diversity of living things chapter 5 vertebrate animals n.
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Diversity of Living Things Chapter 5: Vertebrate Animals PowerPoint Presentation
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Diversity of Living Things Chapter 5: Vertebrate Animals

Diversity of Living Things Chapter 5: Vertebrate Animals

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Diversity of Living Things Chapter 5: Vertebrate Animals

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  1. Diversity of Living Things Chapter 5: Vertebrate Animals Sections 5.1-5.2

  2. Vertebrate Animals 5.1 • A vertebrate is any animal with a backbone • All vertebrates have organ systems such as muscles, a digestive system, and a circulatory system • The final distinguishing characteristic of vertebrates is their endoskeleton, an internal support system that grows with the animal • An endoskeleton allows for my flexibility that an exoskeleton

  3. Backbone 5.1 • Vertebrates are named specifically for the specialized bones, vertebra, that make up what we call a back bone • A back bone is used for support and protecting the spinal cord which connects nerves to the rest of our body

  4. Most Vertebrates are Fish 5.1 • Of all the vertebrate animals fish are the most abundant, there are over 20,000 species of fish

  5. Fish anatomy 5.1

  6. Fish 5.1 • All fish live in water and use gills to remove dissolved oxygen form the waters they live in • Fish also have muscular streamline bodies to help them swim • Three types of fish: • Jawless Fish • Cartilaginous Fish • Boney Fish

  7. Jawless Fish 5.1 • As the name suggests they do not have jaws and are widely considered to be the oldest type of fish • Most jawless fish have long slider bodies • Although they cannot chew they do have teeth and feed by biting and tearing or sucking • They also lack a stomach

  8. Cartilaginous Fish 5.1 • This group of fish have skeletons made of cartilage, a very flexible tissue, not out of hard bone • This group includes: sharks, rays, and skates • While some species of cartilaginous fish can be dangerous to humans most feed on small fish or mollusks, some even filter feed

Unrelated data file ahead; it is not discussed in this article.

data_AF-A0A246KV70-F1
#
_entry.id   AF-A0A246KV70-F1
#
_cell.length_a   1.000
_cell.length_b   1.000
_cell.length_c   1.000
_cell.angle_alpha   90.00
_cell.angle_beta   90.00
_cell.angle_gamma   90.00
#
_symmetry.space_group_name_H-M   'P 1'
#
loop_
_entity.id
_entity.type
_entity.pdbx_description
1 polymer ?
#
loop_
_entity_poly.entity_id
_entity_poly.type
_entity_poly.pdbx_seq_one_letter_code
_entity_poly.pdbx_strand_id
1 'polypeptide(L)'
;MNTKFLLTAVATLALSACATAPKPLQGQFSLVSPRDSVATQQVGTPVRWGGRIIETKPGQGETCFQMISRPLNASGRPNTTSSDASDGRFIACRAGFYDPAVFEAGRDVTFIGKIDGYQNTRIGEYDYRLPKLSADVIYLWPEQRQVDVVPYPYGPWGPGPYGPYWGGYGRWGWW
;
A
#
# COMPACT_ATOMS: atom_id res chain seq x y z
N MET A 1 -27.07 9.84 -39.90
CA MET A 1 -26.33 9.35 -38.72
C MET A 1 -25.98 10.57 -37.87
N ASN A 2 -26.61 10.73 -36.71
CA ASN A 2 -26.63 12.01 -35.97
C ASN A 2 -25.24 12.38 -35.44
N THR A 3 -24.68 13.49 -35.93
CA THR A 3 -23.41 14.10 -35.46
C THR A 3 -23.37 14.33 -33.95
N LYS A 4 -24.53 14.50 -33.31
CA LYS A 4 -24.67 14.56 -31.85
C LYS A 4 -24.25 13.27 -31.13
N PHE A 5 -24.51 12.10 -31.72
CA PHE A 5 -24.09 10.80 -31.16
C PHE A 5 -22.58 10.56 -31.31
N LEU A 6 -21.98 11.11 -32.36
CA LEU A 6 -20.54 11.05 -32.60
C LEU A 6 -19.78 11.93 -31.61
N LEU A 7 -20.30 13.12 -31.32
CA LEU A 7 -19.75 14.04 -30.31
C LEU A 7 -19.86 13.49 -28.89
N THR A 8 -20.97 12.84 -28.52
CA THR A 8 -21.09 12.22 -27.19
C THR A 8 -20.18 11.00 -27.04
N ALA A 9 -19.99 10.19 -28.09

9. Boney Fish 5.1 • Boney fish are by far the largest and most diverse group of fish • This group have hard skeletons just like you and are covered in scales

  10. Fish Develop in Eggs 5.1 • Nearly all fish reproduce sexually and the resulting offspring develop in eggs • Fish eggs are clear and soft to allow water to pass through them so the developing fish get all the water and oxygen form their environment • The yolk inside the egg provided the young fish

  11. Amphibians vs Reptiles 5.2

  12. Amphibian Characteristics 5.1 • As adults most amphibians have: • Two pairs of legs, four total • Lay their eggs in water • Obtain oxygen through their skin, may also have lungs • Have sensory organs adapted for land

  13. Amphibian Live in Moist Areas 5.1 • Most amphibians live in moist environments for three reasons: • Their skin will only obtain oxygen for them when wet • Amphibians must lay their eggs in water so they can obtain oxygen and water • Their tadpole forms require water to live

  14. Amphibian Life Cycle Characteristics 5.2 • Amphibians are famous for their life cycle • Most amphibians start in the water and slowly transition to land living their adult life near water • However some salamanders such as sirens continue to live in water during their adult lives or certain frogs such as the wood frog, frozen alive, lives on land nearly its whole life

  15. Amphibian Life Cycle 5.2

  16. Amphibian Life Cycle 5.2

  17. Reptile Characteristics 5.2 • Two pairs of legs, four total • Tough dry skin covered with scales • Use lungs to obtain oxygen • Sensory organs adapted for land • Lay eggs on land which have leathery shells

  18. Reptile Adaptations 5.2 Lungs Scaly Skin A reptile’s skin helps to protect it from it’s environment and predators, however it does not allow the reptile to obtain water through it’s skin • An internal organ that takes the oxygen form the air into the blood and removes the carbon dioxide form the blood

  19. Reptiles Have Eggs With Shells 5.2 • Reptile eggs are completely equip to be in the hot dry environments that we find reptiles in • Most reptiles build nests, some protect their nests while others leave them to fend for themselves • The eggs have: • Water and nutrients • A gas exchange system • A place to store waste • A protective outer shell

  20. Amphibians and Reptiles are Ectotherms 5.2 • Both amphibians and reptiles are “cold blooded” or ectothermic meaning that their body temperature matches that of their environment • This means that if the environment becomes to hot or to cold so do they, reptiles cannot function when to hot or to cold • Many reptiles have adapted with behaviors to help regulate their body temp